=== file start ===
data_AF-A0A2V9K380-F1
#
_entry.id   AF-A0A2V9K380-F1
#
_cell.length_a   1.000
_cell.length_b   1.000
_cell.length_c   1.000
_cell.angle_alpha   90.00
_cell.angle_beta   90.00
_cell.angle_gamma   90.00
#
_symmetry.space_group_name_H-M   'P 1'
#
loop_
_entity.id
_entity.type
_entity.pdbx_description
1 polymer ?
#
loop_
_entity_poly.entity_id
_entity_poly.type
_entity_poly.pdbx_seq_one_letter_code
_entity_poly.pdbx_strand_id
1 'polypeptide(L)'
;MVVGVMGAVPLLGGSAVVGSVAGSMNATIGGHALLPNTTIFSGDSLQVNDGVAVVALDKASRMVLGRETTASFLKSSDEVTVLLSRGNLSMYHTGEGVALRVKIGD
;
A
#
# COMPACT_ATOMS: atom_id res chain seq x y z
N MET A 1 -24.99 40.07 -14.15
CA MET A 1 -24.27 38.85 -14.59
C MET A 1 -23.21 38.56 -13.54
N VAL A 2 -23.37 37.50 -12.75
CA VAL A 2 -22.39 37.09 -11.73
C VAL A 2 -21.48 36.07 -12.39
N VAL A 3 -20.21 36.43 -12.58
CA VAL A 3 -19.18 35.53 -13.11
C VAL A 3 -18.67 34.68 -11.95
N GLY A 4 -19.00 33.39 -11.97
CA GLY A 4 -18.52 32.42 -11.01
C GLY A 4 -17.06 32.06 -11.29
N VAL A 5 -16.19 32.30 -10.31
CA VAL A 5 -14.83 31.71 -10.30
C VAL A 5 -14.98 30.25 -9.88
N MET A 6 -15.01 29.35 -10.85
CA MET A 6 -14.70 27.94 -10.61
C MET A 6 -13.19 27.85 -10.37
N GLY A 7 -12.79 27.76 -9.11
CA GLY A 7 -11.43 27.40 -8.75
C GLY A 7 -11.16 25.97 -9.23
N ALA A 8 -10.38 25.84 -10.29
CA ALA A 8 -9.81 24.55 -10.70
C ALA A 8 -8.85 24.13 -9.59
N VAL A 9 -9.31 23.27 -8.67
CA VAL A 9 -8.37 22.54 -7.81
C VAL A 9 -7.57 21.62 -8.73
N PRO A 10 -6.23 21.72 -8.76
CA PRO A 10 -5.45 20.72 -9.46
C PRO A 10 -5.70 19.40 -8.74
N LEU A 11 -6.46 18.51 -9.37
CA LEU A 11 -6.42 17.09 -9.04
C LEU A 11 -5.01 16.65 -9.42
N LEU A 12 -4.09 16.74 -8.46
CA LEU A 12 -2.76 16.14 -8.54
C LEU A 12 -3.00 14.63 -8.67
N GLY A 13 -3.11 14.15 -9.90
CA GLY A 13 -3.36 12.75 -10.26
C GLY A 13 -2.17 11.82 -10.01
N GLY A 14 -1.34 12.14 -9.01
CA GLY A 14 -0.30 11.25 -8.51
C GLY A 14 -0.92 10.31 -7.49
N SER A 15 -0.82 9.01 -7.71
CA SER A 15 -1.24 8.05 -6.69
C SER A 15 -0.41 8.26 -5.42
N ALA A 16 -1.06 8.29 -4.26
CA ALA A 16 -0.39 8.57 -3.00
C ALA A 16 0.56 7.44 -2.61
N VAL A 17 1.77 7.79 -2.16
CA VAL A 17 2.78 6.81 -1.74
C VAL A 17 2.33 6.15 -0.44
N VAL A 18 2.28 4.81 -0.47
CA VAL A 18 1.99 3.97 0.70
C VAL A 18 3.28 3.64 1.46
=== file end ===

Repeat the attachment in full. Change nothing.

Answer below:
data_AF-A0A2V9K380-F1
#
_entry.id   AF-A0A2V9K380-F1
#
_cell.length_a   1.000
_cell.length_b   1.000
_cell.length_c   1.000
_cell.angle_alpha   90.00
_cell.angle_beta   90.00
_cell.angle_gamma   90.00
#
_symmetry.space_group_name_H-M   'P 1'
#
loop_
_entity.id
_entity.type
_entity.pdbx_description
1 polymer ?
#
loop_
_entity_poly.entity_id
_entity_poly.type
_entity_poly.pdbx_seq_one_letter_code
_entity_poly.pdbx_strand_id
1 'polypeptide(L)'
;MVVGVMGAVPLLGGSAVVGSVAGSMNATIGGHALLPNTTIFSGDSLQVNDGVAVVALDKASRMVLGRETTASFLKSSDEVTVLLSRGNLSMYHTGEGVALRVKIGD
;
A
#
# COMPACT_ATOMS: atom_id res chain seq x y z
N MET A 1 -24.99 40.07 -14.15
CA MET A 1 -24.27 38.85 -14.59
C MET A 1 -23.21 38.56 -13.54
N VAL A 2 -23.37 37.50 -12.75
CA VAL A 2 -22.39 37.09 -11.73
C VAL A 2 -21.48 36.07 -12.39
N VAL A 3 -20.21 36.43 -12.58
CA VAL A 3 -19.18 35.53 -13.11
C VAL A 3 -18.67 34.68 -11.95
N GLY A 4 -19.00 33.39 -11.97
CA GLY A 4 -18.52 32.42 -11.01
C GLY A 4 -17.06 32.06 -11.29
N VAL A 5 -16.19 32.30 -10.31
CA VAL A 5 -14.83 31.71 -10.30
C VAL A 5 -14.98 30.25 -9.88
N MET A 6 -15.01 29.35 -10.85
CA MET A 6 -14.70 27.94 -10.61
C MET A 6 -13.19 27.85 -10.37
N GLY A 7 -12.79 27.76 -9.11
CA GLY A 7 -11.43 27.40 -8.75
C GLY A 7 -11.16 25.97 -9.23
N ALA A 8 -10.38 25.84 -10.29
CA ALA A 8 -9.81 24.55 -10.70
C ALA A 8 -8.85 24.13 -9.59
N VAL A 9 -9.31 23.27 -8.67
CA VAL A 9 -8.37 22.54 -7.81
C VAL A 9 -7.57 21.62 -8.73
N PRO A 10 -6.23 21.72 -8.76
CA PRO A 10 -5.45 20.72 -9.46
C PRO A 10 -5.70 19.40 -8.74
N LEU A 11 -6.46 18.51 -9.37
CA LEU A 11 -6.42 17.09 -9.04
C LEU A 11 -5.01 16.65 -9.42
N LEU A 12 -4.09 16.74 -8.46
CA LEU A 12 -2.76 16.14 -8.54
C LEU A 12 -3.00 14.63 -8.67
N GLY A 13 -3.11 14.15 -9.90
CA GLY A 13 -3.36 12.75 -10.26
C GLY A 13 -2.17 11.82 -10.01
N GLY A 14 -1.34 12.14 -9.01
CA GLY A 14 -0.30 11.25 -8.51
C GLY A 14 -0.92 10.31 -7.49
N SER A 15 -0.82 9.01 -7.71
CA SER A 15 -1.24 8.05 -6.69
C SER A 15 -0.41 8.26 -5.42
N ALA A 16 -1.06 8.29 -4.26
CA ALA A 16 -0.39 8.57 -3.00
C ALA A 16 0.56 7.44 -2.61
N VAL A 17 1.77 7.79 -2.16
CA VAL A 17 2.78 6.81 -1.74
C VAL A 17 2.33 6.15 -0.44
N VAL A 18 2.28 4.81 -0.47
CA VAL A 18 1.99 3.97 0.70
C VAL A 18 3.28 3.64 1.46